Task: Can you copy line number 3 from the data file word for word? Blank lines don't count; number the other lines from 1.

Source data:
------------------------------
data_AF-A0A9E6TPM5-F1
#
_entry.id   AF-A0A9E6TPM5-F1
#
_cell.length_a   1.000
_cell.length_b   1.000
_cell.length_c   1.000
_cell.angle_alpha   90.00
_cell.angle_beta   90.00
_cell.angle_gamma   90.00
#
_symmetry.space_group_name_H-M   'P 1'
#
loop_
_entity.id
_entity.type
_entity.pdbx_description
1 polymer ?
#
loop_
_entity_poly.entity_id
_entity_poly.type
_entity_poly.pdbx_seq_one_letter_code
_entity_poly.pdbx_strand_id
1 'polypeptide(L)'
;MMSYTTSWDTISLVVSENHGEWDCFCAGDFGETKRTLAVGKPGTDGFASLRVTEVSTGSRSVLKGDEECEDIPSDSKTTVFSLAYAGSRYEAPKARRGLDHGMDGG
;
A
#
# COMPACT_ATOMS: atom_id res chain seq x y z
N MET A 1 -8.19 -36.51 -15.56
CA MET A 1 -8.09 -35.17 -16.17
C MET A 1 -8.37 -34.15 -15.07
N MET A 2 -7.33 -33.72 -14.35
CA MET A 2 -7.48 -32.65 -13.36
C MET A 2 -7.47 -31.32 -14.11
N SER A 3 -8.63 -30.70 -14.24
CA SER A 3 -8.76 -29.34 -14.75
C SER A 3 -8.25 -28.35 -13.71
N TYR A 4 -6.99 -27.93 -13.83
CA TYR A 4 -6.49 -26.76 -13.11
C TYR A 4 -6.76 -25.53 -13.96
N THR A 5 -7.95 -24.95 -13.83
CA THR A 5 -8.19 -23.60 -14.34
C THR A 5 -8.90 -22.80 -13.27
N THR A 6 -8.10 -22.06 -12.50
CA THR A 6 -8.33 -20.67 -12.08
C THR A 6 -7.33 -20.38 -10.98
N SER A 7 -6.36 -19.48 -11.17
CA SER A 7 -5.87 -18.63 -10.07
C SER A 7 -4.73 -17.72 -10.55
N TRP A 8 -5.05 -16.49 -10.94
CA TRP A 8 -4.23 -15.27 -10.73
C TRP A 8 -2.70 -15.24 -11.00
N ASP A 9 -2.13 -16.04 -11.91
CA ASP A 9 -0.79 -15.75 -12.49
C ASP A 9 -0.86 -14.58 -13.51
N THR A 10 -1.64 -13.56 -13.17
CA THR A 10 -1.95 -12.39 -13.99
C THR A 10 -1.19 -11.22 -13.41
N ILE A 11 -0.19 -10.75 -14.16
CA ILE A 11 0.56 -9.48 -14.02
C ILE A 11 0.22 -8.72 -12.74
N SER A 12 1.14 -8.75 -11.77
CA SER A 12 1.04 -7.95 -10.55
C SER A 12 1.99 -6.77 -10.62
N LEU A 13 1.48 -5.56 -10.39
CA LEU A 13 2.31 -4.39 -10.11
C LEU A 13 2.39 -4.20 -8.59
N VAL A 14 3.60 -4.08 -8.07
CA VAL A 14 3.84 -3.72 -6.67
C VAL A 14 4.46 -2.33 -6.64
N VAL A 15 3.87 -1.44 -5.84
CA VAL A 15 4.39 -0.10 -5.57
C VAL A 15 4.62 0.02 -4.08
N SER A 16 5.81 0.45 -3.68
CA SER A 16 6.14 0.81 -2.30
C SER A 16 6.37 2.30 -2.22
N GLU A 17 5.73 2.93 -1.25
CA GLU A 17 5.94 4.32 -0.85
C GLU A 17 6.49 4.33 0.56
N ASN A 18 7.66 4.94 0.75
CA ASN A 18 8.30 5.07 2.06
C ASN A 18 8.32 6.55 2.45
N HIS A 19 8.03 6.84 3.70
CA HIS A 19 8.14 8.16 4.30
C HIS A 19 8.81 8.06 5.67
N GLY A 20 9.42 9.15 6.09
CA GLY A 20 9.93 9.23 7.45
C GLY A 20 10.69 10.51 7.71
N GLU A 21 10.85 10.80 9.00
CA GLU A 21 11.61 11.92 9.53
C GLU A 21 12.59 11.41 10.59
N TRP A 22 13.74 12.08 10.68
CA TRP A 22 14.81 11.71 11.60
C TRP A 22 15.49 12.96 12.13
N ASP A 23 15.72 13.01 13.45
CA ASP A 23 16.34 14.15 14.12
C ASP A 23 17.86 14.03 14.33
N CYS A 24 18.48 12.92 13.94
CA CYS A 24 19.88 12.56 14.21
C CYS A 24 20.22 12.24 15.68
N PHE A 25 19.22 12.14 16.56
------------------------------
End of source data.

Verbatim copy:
_entry.id   AF-A0A9E6TPM5-F1